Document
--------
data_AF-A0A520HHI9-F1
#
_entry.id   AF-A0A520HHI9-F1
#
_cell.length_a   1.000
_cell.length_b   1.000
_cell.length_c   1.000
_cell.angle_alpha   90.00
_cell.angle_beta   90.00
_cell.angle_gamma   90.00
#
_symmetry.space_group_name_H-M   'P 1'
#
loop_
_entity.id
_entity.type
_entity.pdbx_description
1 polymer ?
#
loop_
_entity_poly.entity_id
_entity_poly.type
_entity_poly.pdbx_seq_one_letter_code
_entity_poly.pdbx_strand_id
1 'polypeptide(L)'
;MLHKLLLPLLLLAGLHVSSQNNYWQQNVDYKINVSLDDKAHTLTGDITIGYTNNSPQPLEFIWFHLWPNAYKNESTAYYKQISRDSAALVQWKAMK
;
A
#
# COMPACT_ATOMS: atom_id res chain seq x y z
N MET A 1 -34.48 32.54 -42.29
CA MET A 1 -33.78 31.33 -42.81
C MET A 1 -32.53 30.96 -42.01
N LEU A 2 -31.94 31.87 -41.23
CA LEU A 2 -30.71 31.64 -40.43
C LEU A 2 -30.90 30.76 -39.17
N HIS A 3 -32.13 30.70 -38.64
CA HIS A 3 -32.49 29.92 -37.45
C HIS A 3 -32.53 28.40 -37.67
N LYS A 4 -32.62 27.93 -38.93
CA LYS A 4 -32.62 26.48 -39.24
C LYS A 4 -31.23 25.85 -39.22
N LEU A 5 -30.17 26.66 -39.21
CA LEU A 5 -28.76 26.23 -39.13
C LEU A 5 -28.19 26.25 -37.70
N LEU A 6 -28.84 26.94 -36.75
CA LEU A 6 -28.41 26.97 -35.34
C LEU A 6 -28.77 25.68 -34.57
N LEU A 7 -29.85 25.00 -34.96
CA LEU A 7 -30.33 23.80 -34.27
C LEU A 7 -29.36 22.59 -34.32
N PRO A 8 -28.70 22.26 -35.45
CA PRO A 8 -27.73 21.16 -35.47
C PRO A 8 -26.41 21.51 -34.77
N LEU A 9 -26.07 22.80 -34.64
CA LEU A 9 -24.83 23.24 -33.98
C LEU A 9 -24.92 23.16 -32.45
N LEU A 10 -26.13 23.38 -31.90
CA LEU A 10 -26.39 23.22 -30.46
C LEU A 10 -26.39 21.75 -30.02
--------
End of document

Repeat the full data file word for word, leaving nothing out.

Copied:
data_AF-A0A520HHI9-F1
#
_entry.id   AF-A0A520HHI9-F1
#
_cell.length_a   1.000
_cell.length_b   1.000
_cell.length_c   1.000
_cell.angle_alpha   90.00
_cell.angle_beta   90.00
_cell.angle_gamma   90.00
#
_symmetry.space_group_name_H-M   'P 1'
#
loop_
_entity.id
_entity.type
_entity.pdbx_description
1 polymer ?
#
loop_
_entity_poly.entity_id
_entity_poly.type
_entity_poly.pdbx_seq_one_letter_code
_entity_poly.pdbx_strand_id
1 'polypeptide(L)'
;MLHKLLLPLLLLAGLHVSSQNNYWQQNVDYKINVSLDDKAHTLTGDITIGYTNNSPQPLEFIWFHLWPNAYKNESTAYYKQISRDSAALVQWKAMK
;
A
#
# COMPACT_ATOMS: atom_id res chain seq x y z
N MET A 1 -34.48 32.54 -42.29
CA MET A 1 -33.78 31.33 -42.81
C MET A 1 -32.53 30.96 -42.01
N LEU A 2 -31.94 31.87 -41.23
CA LEU A 2 -30.71 31.64 -40.43
C LEU A 2 -30.90 30.76 -39.17
N HIS A 3 -32.13 30.70 -38.64
CA HIS A 3 -32.49 29.92 -37.45
C HIS A 3 -32.53 28.40 -37.67
N LYS A 4 -32.62 27.93 -38.93
CA LYS A 4 -32.62 26.48 -39.24
C LYS A 4 -31.23 25.85 -39.22
N LEU A 5 -30.17 26.66 -39.21
CA LEU A 5 -28.76 26.23 -39.13
C LEU A 5 -28.19 26.25 -37.70
N LEU A 6 -28.84 26.94 -36.75
CA LEU A 6 -28.41 26.97 -35.34
C LEU A 6 -28.77 25.68 -34.57
N LEU A 7 -29.85 25.00 -34.96
CA LEU A 7 -30.33 23.80 -34.27
C LEU A 7 -29.36 22.59 -34.32
N PRO A 8 -28.70 22.26 -35.45
CA PRO A 8 -27.73 21.16 -35.47
C PRO A 8 -26.41 21.51 -34.77
N LEU A 9 -26.07 22.80 -34.64
CA LEU A 9 -24.83 23.24 -33.98
C LEU A 9 -24.92 23.16 -32.45
N LEU A 10 -26.13 23.38 -31.90
CA LEU A 10 -26.39 23.22 -30.46
C LEU A 10 -26.39 21.75 -30.02